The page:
By: Kristen Drake

Insurance Archeology is the practice of locating and retrieving proof of the existence, terms, conditions and limits of lost or destroyed insurance policies. Insurance Archeology is performed to find funds to pay for environmental cleanup and defend against third-party liabilities. When leveraged, these historical insurance policies are assets that can be worth millions of dollars in legal defense, cost-sharing of defense, and settlements.

A lot of people wonder how it’s possible new claims can still be made against old policies. First, you should know that these policies never expire. To explain a bit further, we are interested in Commercial General Liability or “CGL” policies.  More specifically, we search for ‘occurrence-based’ policies—meaning policies which cover losses if the damage happened during the time the policy was in effect, regardless of when a claim is filed.

Regarding environmental cleanups, it’s important to note that while CGL insurance policies written prior to 1985 or 1986 contain pollution exclusions, those exclusions contain a clause that created an exception for “sudden and accidental” releases of contaminants. That exception is considered ambiguous by many courts, or they read the word sudden broadly, to, therefore, provide coverage. Old policies or evidence of insurance coverage can provide a defense against a claim or suit. In some states, a claim or suit could be a letter from the environmental regulatory agency, or a neighboring property owner – demanding a response to identified environmental contamination. In other states, the courts have determined that the insurers must only defend an actual lawsuit.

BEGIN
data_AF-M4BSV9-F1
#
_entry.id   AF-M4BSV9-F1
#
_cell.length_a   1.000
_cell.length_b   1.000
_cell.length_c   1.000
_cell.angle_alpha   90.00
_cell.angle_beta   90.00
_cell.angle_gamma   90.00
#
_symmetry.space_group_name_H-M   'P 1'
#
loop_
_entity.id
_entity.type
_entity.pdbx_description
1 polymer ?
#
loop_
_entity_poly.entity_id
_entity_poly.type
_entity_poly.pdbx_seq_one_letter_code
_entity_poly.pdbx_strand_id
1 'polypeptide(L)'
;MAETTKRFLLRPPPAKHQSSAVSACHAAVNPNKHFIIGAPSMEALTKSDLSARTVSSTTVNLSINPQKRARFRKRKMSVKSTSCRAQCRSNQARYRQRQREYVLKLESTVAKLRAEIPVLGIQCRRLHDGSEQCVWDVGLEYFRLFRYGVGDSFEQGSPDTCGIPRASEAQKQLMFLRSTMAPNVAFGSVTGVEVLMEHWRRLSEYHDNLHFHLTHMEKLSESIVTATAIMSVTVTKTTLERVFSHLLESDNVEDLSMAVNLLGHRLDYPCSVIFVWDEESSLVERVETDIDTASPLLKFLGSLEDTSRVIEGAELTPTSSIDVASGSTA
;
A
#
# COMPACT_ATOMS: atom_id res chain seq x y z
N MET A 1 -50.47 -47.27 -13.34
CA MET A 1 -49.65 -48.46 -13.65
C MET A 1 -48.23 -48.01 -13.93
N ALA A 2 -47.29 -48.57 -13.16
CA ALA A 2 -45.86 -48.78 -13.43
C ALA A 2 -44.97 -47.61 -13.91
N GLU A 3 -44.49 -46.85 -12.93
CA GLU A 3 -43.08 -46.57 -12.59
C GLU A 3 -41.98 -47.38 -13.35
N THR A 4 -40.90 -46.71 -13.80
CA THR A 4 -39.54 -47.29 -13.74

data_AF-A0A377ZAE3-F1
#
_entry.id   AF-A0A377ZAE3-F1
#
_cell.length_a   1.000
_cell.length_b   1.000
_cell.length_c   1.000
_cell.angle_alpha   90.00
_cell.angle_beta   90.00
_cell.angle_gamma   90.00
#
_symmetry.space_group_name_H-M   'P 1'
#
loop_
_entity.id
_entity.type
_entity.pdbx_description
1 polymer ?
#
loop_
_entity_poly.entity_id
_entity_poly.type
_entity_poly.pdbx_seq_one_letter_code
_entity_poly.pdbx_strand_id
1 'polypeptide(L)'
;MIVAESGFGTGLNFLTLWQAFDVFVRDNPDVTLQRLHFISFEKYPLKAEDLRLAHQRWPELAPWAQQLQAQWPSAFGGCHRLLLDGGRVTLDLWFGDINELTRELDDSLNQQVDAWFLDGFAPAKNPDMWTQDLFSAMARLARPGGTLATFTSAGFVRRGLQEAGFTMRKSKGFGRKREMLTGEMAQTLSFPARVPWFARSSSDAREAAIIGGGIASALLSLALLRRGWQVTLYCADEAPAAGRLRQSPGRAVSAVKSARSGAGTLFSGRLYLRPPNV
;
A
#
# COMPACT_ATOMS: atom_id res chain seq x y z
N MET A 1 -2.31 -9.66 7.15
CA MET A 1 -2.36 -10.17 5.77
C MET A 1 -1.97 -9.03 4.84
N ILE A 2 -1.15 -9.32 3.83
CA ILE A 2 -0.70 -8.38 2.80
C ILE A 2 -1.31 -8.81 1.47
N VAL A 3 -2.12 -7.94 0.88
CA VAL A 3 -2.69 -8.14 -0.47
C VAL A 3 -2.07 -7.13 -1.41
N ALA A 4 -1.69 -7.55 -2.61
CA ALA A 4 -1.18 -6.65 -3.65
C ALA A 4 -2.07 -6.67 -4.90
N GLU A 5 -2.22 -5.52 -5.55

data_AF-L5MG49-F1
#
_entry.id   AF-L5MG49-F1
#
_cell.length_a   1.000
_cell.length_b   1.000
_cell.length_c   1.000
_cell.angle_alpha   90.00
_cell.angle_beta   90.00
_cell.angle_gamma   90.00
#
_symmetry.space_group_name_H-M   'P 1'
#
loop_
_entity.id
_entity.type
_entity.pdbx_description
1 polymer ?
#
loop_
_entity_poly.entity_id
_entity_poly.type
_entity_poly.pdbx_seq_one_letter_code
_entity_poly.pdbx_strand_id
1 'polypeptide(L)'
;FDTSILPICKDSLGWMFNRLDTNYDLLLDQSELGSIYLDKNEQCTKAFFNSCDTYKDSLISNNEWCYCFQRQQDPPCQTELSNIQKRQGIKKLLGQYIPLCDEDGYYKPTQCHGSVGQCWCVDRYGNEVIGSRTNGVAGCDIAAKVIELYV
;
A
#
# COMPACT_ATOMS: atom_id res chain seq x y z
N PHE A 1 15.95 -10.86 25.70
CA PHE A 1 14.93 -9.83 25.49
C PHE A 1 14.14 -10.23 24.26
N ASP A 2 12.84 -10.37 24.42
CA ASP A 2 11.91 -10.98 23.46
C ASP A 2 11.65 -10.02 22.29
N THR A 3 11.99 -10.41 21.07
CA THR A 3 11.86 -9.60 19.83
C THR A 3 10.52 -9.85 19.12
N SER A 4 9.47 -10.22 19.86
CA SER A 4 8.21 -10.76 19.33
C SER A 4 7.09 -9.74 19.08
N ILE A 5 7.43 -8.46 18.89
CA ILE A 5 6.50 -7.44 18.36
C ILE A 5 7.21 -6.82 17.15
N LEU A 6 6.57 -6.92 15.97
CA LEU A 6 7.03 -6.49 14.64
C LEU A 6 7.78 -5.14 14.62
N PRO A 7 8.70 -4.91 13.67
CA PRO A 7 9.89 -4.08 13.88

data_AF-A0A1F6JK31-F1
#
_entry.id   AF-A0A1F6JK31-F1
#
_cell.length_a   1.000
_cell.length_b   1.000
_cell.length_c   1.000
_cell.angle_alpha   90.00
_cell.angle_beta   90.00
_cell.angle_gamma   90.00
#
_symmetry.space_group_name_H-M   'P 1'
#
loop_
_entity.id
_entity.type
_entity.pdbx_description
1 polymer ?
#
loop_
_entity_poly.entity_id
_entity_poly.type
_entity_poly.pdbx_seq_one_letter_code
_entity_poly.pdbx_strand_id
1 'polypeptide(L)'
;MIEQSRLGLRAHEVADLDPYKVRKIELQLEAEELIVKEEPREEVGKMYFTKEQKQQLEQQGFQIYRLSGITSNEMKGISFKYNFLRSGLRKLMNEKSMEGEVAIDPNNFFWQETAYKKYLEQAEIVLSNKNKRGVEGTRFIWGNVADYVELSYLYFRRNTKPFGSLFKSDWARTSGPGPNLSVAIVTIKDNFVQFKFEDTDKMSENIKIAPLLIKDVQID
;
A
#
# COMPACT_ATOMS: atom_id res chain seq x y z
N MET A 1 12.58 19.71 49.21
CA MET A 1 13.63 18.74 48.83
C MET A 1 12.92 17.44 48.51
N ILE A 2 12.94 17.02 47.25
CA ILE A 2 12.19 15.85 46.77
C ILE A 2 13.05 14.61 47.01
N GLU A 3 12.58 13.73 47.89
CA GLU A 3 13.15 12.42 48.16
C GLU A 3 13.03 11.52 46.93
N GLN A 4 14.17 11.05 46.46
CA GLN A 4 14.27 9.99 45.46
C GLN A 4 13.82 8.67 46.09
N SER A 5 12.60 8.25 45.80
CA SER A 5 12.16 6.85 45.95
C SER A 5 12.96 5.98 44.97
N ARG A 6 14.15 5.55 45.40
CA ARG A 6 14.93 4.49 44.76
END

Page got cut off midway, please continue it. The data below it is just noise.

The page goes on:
Regarding latent injury liability, like mesothelioma claims linked to asbestos exposure, old policies can be used to resolve complex claims involving events that occurred decades ago. These liabilities may be covered under old insurance policies which tend to be less restrictive and provide broader coverage. Even policies of bankrupt and defunct companies are commonly used to defend current claims. An interesting facet of Insurance Archeology is that it can be employed by either party involved in these types of lawsuits.  PolicyFind is engaged equally by Plaintiffs’ Attorneys and Defense Counsel related to latent injury claims.

Once triggered, historical CGL policies may be used to for legal fees, defense against claims, site investigation, remediation/cleanup, interim remedial measures, building a legal case, potentially responsible party (PRP) searches, and interfacing with agencies; and, prior costs be may be retroactively recovered.

At PolicyFind, we have a disciplined process to ensure objectives are established and deliverables are beneficial and cost-effective. If you’re considering insurance archeology, here are three tips to get started.


Try to learn what you can about former owners and/or operations before speaking with an Insurance Archeologist. If old documents no longer exist, consider making a call to former stakeholders or associates.  These people might recall key pieces of information that could lead you closer to finding your old insurance coverage information. If your research efforts don’t yield the results needed to prove your historical coverage, the good news is you are now able to share what new background information you have uncovered, with an Insurance Archeologist.  The more information you learn and can share, the more time the investigator can spend focusing on finding your old policies, instead of researching your business’ (property’s) history.